• Go deeper: Although organised gangs play a central role in Europe’s smuggling networks, the distinction between smuggler and smuggled is frequently blurred.

French right hopes for reinvigoration Faced with two far-right rivals competing for her electorate, Valérie Pécresse, the candidate hoping to lead the conservative Les Républicains to a presidential victory next year, has her work cut out. But her party primary win on Saturday could dent Emmanuel Macron’s chances of easy re-election.

Life at the top is getting harder As conditions in both markets and the real economy get tougher, leadership of big public companies is becoming harder, and rising numbers of corporate leaders are leaving their jobs, writes Rana Foroohar.

FT European Business Schools Ranking 2021 French business schools maintained their dominance in this year’s ranking, offering the strongest range of business education courses. HEC Paris, Insead and Essec were all in the top tier of eight leading institutions. Read the full ranking and methodology.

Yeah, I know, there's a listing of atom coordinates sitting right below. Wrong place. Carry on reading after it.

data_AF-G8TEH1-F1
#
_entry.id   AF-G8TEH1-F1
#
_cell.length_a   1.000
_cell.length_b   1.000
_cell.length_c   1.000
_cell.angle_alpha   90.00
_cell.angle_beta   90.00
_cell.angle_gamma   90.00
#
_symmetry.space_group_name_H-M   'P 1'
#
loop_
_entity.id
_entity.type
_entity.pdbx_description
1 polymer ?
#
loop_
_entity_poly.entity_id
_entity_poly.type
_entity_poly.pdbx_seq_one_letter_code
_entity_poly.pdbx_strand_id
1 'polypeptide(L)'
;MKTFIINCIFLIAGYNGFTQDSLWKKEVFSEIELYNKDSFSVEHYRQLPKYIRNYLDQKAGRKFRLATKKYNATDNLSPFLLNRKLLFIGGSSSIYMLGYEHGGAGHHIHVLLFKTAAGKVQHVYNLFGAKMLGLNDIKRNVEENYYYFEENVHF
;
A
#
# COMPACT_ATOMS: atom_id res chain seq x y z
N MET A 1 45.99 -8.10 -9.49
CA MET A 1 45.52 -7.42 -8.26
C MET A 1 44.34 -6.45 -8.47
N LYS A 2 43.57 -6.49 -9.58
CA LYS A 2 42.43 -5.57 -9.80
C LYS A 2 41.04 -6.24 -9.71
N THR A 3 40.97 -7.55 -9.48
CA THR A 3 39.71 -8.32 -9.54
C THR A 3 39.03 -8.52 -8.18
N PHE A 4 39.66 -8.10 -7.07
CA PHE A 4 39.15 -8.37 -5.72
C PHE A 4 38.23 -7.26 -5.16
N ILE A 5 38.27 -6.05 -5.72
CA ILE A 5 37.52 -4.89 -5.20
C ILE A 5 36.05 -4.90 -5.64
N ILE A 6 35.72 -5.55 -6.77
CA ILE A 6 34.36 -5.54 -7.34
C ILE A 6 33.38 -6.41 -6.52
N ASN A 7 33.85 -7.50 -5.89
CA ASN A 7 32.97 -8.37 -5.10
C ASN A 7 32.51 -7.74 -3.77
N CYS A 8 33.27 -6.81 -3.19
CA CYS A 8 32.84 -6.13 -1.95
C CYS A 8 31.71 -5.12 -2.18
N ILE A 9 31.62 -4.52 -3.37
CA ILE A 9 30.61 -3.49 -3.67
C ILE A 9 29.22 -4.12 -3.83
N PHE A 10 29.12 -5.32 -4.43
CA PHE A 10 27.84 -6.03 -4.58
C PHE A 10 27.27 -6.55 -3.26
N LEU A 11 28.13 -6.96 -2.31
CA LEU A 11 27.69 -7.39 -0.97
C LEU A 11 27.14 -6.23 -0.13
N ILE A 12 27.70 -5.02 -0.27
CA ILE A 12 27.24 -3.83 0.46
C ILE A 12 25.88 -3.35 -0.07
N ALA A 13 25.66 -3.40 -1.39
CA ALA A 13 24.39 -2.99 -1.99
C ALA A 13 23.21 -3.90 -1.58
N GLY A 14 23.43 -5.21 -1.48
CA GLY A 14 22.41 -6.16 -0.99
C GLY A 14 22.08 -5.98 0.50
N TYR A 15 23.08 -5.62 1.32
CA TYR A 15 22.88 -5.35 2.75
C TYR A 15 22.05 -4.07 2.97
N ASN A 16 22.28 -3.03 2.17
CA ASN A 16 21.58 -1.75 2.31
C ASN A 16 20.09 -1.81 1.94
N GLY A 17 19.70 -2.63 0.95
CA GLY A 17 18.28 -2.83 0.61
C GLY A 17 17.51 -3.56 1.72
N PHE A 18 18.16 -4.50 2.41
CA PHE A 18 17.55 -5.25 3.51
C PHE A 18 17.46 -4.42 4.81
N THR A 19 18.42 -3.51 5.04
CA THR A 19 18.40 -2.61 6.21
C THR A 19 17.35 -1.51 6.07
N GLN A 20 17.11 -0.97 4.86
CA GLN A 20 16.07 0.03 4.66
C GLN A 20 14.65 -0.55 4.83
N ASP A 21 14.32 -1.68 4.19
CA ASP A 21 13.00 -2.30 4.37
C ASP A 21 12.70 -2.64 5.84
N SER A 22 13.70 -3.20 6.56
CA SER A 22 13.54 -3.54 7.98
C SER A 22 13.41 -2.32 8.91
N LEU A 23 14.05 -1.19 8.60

• Reader callout: Are you a teenager who is interested in writing about finance? The FT is looking for submissions, with a cash prize for the best entries.

Facebook’s fractious relationship with academia A growing number of researchers who are seeking to understand the potentially harmful social effects of the platform say their work is being stifled, feeding a narrative that Meta operates on a growth-at-all-costs mentality.


Do we need another Diana, Princess of Wales film? Maybe we do, actually. On the FT Weekend podcast, Lilah Raptopoulos speaks with Spencer director Pablo Larraín, who our film critic calls “one of the most consistently interesting directors in cinema today”.

Kristen Stewart as Princess Diana
Star power: Kristen Stewart as Diana, Princess of Wales © Pablo Larraín